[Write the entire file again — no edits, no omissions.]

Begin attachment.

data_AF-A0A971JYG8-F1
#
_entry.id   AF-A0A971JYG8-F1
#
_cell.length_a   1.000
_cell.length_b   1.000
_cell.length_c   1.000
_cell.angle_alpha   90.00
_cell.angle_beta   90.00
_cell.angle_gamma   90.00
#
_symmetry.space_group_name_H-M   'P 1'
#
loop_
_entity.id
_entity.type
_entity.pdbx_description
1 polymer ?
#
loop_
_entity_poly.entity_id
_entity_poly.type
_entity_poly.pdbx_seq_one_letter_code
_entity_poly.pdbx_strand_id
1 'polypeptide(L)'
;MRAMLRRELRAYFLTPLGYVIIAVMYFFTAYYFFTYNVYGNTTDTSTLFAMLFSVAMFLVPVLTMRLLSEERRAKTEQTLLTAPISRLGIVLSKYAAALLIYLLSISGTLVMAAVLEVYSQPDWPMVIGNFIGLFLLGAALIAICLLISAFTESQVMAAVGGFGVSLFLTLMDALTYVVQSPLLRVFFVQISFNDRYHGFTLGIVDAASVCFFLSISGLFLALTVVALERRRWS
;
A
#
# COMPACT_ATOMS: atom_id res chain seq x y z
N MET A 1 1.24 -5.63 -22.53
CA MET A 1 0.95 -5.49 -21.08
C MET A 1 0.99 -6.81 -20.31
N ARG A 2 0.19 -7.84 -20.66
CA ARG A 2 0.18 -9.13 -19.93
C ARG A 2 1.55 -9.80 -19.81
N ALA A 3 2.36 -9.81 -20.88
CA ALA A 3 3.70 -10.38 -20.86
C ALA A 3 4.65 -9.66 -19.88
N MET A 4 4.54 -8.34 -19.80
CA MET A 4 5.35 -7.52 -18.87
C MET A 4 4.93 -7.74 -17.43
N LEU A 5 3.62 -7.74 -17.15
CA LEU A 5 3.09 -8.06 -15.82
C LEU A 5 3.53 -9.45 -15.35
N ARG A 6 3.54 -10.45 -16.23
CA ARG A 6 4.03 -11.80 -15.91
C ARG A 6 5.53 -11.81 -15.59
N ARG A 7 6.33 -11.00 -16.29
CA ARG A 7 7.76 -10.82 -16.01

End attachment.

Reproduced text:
data_AF-A0A971JYG8-F1
#
_entry.id   AF-A0A971JYG8-F1
#
_cell.length_a   1.000
_cell.length_b   1.000
_cell.length_c   1.000
_cell.angle_alpha   90.00
_cell.angle_beta   90.00
_cell.angle_gamma   90.00
#
_symmetry.space_group_name_H-M   'P 1'
#
loop_
_entity.id
_entity.type
_entity.pdbx_description
1 polymer ?
#
loop_
_entity_poly.entity_id
_entity_poly.type
_entity_poly.pdbx_seq_one_letter_code
_entity_poly.pdbx_strand_id
1 'polypeptide(L)'
;MRAMLRRELRAYFLTPLGYVIIAVMYFFTAYYFFTYNVYGNTTDTSTLFAMLFSVAMFLVPVLTMRLLSEERRAKTEQTLLTAPISRLGIVLSKYAAALLIYLLSISGTLVMAAVLEVYSQPDWPMVIGNFIGLFLLGAALIAICLLISAFTESQVMAAVGGFGVSLFLTLMDALTYVVQSPLLRVFFVQISFNDRYHGFTLGIVDAASVCFFLSISGLFLALTVVALERRRWS
;
A
#
# COMPACT_ATOMS: atom_id res chain seq x y z
N MET A 1 1.24 -5.63 -22.53
CA MET A 1 0.95 -5.49 -21.08
C MET A 1 0.99 -6.81 -20.31
N ARG A 2 0.19 -7.84 -20.66
CA ARG A 2 0.18 -9.13 -19.93
C ARG A 2 1.55 -9.80 -19.81
N ALA A 3 2.36 -9.81 -20.88
CA ALA A 3 3.70 -10.38 -20.86
C ALA A 3 4.65 -9.66 -19.88
N MET A 4 4.54 -8.34 -19.80
CA MET A 4 5.35 -7.52 -18.87
C MET A 4 4.93 -7.74 -17.43
N LEU A 5 3.62 -7.74 -17.15
CA LEU A 5 3.09 -8.06 -15.82
C LEU A 5 3.53 -9.45 -15.35
N ARG A 6 3.54 -10.45 -16.23
CA ARG A 6 4.03 -11.80 -15.91
C ARG A 6 5.53 -11.81 -15.59
N ARG A 7 6.33 -11.00 -16.29
CA ARG A 7 7.76 -10.82 -16.01